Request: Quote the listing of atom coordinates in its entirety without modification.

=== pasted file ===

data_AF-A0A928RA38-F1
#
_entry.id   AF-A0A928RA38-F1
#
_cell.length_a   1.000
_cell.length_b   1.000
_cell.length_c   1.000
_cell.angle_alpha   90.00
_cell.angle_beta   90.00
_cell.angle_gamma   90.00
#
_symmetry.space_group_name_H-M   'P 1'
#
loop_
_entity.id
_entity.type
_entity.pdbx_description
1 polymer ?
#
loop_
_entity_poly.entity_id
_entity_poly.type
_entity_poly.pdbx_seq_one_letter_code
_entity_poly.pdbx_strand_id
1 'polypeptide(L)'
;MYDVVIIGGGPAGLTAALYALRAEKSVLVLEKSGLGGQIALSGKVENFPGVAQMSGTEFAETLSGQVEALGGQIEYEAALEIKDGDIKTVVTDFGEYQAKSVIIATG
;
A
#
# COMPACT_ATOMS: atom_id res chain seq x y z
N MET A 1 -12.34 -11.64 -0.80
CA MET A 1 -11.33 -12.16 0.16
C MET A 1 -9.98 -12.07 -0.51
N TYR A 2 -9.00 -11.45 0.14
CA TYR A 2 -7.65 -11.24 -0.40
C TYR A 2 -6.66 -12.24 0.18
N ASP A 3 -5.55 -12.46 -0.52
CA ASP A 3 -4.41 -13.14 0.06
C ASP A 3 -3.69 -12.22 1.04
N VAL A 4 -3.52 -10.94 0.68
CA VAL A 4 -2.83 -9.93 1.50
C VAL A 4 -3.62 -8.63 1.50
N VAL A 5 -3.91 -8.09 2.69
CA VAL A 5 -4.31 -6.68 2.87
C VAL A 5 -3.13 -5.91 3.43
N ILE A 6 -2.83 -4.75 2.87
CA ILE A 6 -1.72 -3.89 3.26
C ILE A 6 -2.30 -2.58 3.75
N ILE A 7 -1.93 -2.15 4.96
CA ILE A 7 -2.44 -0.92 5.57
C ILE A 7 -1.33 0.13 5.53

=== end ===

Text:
data_AF-A0A928RA38-F1
#
_entry.id   AF-A0A928RA38-F1
#
_cell.length_a   1.000
_cell.length_b   1.000
_cell.length_c   1.000
_cell.angle_alpha   90.00
_cell.angle_beta   90.00
_cell.angle_gamma   90.00
#
_symmetry.space_group_name_H-M   'P 1'
#
loop_
_entity.id
_entity.type
_entity.pdbx_description
1 polymer ?
#
loop_
_entity_poly.entity_id
_entity_poly.type
_entity_poly.pdbx_seq_one_letter_code
_entity_poly.pdbx_strand_id
1 'polypeptide(L)'
;MYDVVIIGGGPAGLTAALYALRAEKSVLVLEKSGLGGQIALSGKVENFPGVAQMSGTEFAETLSGQVEALGGQIEYEAALEIKDGDIKTVVTDFGEYQAKSVIIATG
;
A
#
# COMPACT_ATOMS: atom_id res chain seq x y z
N MET A 1 -12.34 -11.64 -0.80
CA MET A 1 -11.33 -12.16 0.16
C MET A 1 -9.98 -12.07 -0.51
N TYR A 2 -9.00 -11.45 0.14
CA TYR A 2 -7.65 -11.24 -0.40
C TYR A 2 -6.66 -12.24 0.18
N ASP A 3 -5.55 -12.46 -0.52
CA ASP A 3 -4.41 -13.14 0.06
C ASP A 3 -3.69 -12.22 1.04
N VAL A 4 -3.52 -10.94 0.68
CA VAL A 4 -2.83 -9.93 1.50
C VAL A 4 -3.62 -8.63 1.50
N VAL A 5 -3.91 -8.09 2.69
CA VAL A 5 -4.31 -6.68 2.87
C VAL A 5 -3.13 -5.91 3.43
N ILE A 6 -2.83 -4.75 2.87
CA ILE A 6 -1.72 -3.89 3.26
C ILE A 6 -2.30 -2.58 3.75
N ILE A 7 -1.93 -2.15 4.96
CA ILE A 7 -2.44 -0.92 5.57
C ILE A 7 -1.33 0.13 5.53